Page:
No, I'm just kidding. Now, you came out the same year that Britney Spears
came out - and this is not a Britney Spears question …
... but when she kind of quickly burned through four albums and like a greatest hits package, it seems like your career's been so much better managed. I'm just wondering, you know, how much of that has been like a conscious effort to like hold back material, avoid quick flame out and really kind of go, you know, establish yourself as a career artist as opposed to somebody who's going to, you know, just a quick flame out …
… if it were.
Christina Aguilera: Well, for me, you know, it's always - I noticed early on that a lot of the people around me that did come out at the same time, during that pop explosion that I talked about earlier. You know, they kept putting out things so quickly and I never wanted to rush through something because going into this business, I knew that I wanted to be here for a long time. And I didn't want to burn out right away, you know, not making any comparison with anyone else, but just saying you know, for me, myself, you know growing up where you do see the Debbie Gibsons
burn and you see people just well come and go so often.
You know, I did want to make a conscious effort and choice early on to make sure that it was about the quality and not the quantity. And that was a term that I'd always said to myself from the minute that I came out because people were spitting out records so quickly around me, especially in the pop world where you are pushed by the label as well so, it's not completely the artist's fault.
But for me, you know, and that's why I made the "Stripped" record and thank God I was able to be in the position to do it with the success of the first, but it's really keeping that focus for me. You know, I really have a game plan for myself, I know where I want to end up many, many years from now and I'm extremely determined. I have a drive in me that's been with me since a really, really young age and I've been doing this.
I mean, people think that your career almost starts from the minute you get you know, truly successful, but for me, I've been - I've been doing this and making a living really for myself in this business since I was six or seven years old. I've been singing, you know, I started locally and going on. So, it's been instilled in me at a young age that this is what I want to do even when I became a teenager, I wasn't completely that boy-crazy person, like I really kept my focus. And I think that's just why I was able to just you know, stay in it and keep, I hope putting out quality work and that comes from the heart.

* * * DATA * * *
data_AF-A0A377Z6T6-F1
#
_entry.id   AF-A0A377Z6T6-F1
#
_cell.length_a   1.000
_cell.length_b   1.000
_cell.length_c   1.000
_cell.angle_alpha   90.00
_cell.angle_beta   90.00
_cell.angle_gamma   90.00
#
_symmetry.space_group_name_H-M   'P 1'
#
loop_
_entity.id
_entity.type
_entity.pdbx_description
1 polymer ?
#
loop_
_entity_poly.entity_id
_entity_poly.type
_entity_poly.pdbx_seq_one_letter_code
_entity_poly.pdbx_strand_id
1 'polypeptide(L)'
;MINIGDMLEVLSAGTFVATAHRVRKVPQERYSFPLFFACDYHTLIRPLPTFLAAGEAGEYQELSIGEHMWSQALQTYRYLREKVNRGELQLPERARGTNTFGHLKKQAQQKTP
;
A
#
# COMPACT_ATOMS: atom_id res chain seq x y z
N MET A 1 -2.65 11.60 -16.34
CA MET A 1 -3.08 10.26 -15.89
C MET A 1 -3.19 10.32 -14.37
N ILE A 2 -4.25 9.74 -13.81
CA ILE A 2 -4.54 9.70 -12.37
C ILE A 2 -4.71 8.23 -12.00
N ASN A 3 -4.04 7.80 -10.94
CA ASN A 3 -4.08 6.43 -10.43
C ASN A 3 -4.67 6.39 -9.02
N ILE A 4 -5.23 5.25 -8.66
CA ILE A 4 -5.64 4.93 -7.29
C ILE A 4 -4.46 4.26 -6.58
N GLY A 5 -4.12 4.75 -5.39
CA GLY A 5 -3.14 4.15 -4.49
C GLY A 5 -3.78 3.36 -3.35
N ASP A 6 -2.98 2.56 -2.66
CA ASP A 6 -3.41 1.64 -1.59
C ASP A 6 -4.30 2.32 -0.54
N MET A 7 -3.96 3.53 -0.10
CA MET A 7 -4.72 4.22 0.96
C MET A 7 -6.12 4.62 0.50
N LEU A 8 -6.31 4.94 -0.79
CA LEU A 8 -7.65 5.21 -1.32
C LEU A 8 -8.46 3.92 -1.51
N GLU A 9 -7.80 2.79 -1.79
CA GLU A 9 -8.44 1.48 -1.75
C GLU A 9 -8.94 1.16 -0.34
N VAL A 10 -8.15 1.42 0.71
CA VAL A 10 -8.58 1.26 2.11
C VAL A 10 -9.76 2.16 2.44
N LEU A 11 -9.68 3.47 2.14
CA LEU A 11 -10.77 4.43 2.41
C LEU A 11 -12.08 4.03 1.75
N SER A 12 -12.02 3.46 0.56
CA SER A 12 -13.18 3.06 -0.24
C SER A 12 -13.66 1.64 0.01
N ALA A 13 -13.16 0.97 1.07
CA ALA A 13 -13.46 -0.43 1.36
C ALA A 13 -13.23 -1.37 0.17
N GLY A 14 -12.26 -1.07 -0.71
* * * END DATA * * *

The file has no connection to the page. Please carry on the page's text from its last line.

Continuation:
Hi, how are you?
: I'm good. How are you?
I'm doing well. It sounds like this was quite a challenge to work on this all in between writing such a personal album, the different things that went on with the video shoots. What do you think was the biggest challenge of either promoting this record or writing this record?
: Jeez, I think everything's a challenge nowadays. It's crazy. You know, I was so excited to finally be done with this record because I never ever in a million years went in to making this a double album or thinking that it would be. It just happened to be that way, because what I was getting on the Linda Perry side was so different from the A side what I was getting from Premiere and other beat makers. So, I just - but I had - I was so into both worlds that I had to give my audience and my fans the best of both worlds. So, I really took my time in diving into that world. So, I mean sometimes I just thought, my God, can I just end this already, you know. It was just long and I had to record it while I was planning my wedding, so there was such chaos involved in just all the everyday details that went into everything, because I'm extremely detail oriented and as I mentioned before, an extreme perfectionist. So, you can imagine, between a wedding and an extremely important and personal album for me, it was - it was a lot on my plate. So, I think the promoting it was much easier than actually recording it and everything.
And towards the end, I was just like, OK, almost there, almost there. You know, so I think I was just so excited to finally have a - you know having finally finished it and accomplished something I was really proud of - I was just ready to promote it and just talk about it finally.
Yes, hi again. I want to go back to something you just mentioned briefly and I've seen it - I've seen Linda Perry talk a little bit about this in an article where you talked about having a vision for years down the road and a real idea of where this is going - or where you want it to go …
... and I haven't really seen you explain very much about what your vision is a little bit longer term.
-Click here for Part 1 of the chat transcript.
-Click here for Part 2 of the chat transcript.